Fig 4. Notice of death of Cora Hayward in Xenia Daily Gazette, dated July 3, 1917 (JPG)
Fig 4. Notice of Death of Cora Hayward in Xenia Daily Gazette, dated July 3, 1917 (NewspaperARCHIVE.com)

After almost a decade as a clerk/salesman, Hayward went into business with his brother-in-law, C. F. Taylor, purchasing the Wilkins & Snyder cigar store. Then in 1913, the same year Mary was born, Hayward tried his hand at local government, being appointed to the Xenia City Council to fill a vacancy. Then in 1915, he was elected to the same seat. Hayward enjoyed the work, and accepted a position as a clerk to the deputy state supervisor of elections; a position he resigned shortly after to become the first auditor of Xenia (Fig 5). Broadstone claims in his history that Hayward sold his interest in the cigar business to devote his time to the office of the auditor; however, we believe he was mistaken. It is possible that Hayward took a step back from the business, but he was still an owner at the time of his death (Fig 6).

Fig 5. Notice of Roy Hayward's Appointment to Council, dated January 7, 1914 (JPG)
Fig 5. Notice of Hayward’s Appointment to Council, dated January 7, 1917 (NewspaperARCHIVE.com)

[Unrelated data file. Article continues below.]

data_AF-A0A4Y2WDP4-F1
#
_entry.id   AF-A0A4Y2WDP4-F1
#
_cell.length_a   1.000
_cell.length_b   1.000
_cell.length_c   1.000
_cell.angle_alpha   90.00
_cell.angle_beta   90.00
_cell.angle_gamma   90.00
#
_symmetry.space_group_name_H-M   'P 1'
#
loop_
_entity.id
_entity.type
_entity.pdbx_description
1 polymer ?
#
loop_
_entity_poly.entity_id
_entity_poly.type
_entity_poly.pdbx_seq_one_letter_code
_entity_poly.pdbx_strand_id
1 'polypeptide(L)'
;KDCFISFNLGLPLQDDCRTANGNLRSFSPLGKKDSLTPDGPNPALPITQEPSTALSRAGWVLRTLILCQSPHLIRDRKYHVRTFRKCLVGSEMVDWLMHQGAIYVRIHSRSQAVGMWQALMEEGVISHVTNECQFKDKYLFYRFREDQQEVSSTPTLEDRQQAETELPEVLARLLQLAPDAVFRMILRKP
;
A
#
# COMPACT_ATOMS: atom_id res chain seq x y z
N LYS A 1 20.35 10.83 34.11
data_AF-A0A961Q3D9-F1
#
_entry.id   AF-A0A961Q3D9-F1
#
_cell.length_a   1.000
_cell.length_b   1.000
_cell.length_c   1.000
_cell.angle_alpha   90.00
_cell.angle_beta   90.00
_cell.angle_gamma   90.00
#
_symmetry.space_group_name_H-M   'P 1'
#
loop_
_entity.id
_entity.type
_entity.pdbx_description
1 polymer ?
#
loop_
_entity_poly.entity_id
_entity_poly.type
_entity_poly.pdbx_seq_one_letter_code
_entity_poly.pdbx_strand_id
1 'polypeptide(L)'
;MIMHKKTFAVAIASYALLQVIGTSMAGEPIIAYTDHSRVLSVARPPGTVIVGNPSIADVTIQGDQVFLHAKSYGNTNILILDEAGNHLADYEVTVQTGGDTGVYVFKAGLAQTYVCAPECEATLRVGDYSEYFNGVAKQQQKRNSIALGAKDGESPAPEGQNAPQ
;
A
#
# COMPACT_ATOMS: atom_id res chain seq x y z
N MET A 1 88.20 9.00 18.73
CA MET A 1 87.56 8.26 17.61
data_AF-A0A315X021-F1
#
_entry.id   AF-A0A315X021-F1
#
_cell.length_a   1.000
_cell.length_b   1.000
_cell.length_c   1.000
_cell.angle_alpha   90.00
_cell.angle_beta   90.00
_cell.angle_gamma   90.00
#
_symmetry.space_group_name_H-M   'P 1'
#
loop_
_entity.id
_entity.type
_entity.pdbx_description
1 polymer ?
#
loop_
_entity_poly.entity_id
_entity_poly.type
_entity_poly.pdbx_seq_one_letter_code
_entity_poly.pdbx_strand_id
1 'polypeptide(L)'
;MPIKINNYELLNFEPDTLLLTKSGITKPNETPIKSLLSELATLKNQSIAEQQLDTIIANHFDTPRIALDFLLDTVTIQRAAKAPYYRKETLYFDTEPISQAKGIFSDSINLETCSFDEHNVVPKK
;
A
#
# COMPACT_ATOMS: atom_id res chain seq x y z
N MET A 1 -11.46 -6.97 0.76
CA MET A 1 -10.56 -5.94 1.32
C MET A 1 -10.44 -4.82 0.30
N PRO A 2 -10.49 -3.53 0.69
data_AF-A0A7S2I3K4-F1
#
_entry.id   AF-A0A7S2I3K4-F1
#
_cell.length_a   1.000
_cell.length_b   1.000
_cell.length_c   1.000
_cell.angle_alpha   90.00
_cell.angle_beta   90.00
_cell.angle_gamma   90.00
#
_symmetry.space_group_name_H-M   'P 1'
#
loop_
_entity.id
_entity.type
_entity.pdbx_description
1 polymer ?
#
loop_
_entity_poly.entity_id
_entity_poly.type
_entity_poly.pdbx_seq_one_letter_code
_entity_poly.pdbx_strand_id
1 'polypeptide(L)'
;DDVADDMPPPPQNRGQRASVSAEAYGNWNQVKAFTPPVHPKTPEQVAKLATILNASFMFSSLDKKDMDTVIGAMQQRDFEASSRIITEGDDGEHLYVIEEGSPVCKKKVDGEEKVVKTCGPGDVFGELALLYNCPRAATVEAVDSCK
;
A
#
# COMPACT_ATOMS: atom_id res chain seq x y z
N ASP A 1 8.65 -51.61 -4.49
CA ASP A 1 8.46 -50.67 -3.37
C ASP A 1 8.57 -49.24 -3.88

Fig 6. 1924 Xenia City Directory (JPG)
Fig 6. 1924 Xenia City Directory (Ancestry.com)

The Hayward family were members of Trinity Methodist Episcopal Church, and Mr. Hayward was a member of the Free Masons, Kiwanis Club, and the Eagles and Blue Lodge. There are several articles in the paper illustrating that Hayward enjoyed taking part in the variety shows hosted by the American Legion in Xenia, singing, dancing, and performing skits with other men of the Legion (Fig 7).

Fig 7. Miscellaneous articles in Xenia Daily Gazette about the American Legion Minstrels (JPG)  Fig 7. Miscellaneous articles in Xenia Daily Gazette about the American Legion Minstrels (JPG)
Fig 7. Miscellaneous articles from the Xenia Daily Gazette about the American Legion Minstrels (NewspaperARCHIVE.com)

Hayward fell ill in 1925. Around Christmas of that same year, Hayward’s illness worsened, and he became bedridden. Unfortunately, Hayward never recovered, and on February 11, 1926, at the age of 44, he succumbed to his illness (Fig 8). Roy Hayward was buried in Woodland Cemetery next to his daughter, Cora.

Fig 8. Notice of Death of Roy Hayward in Xenia Daily Gazette, dated February 12, 1926 (JPG)  Fig 8. Notice of Death of Roy Hayward in Xenia Daily Gazette, dated February 12, 1926 (JPG)
Fig 8. Death Notice in Xenia Daily Gazette, dated February 12, 1926 (NewspaperARCHIVE.com)

After Hayward’s death, Hattie remained in Xenia. She raised her daughters, cared for her aging mother-in-law, and took in boarders at various times. Hattie lived a rather long life, and passed away in January of 1962 at the age of 85. She was buried with her husband and daughter in Woodland Cemetery.

Until Next Time…

Sources:
Ancestry.com
FamilySearch.org
Greene County Archives
NewspaperARCHIVE.com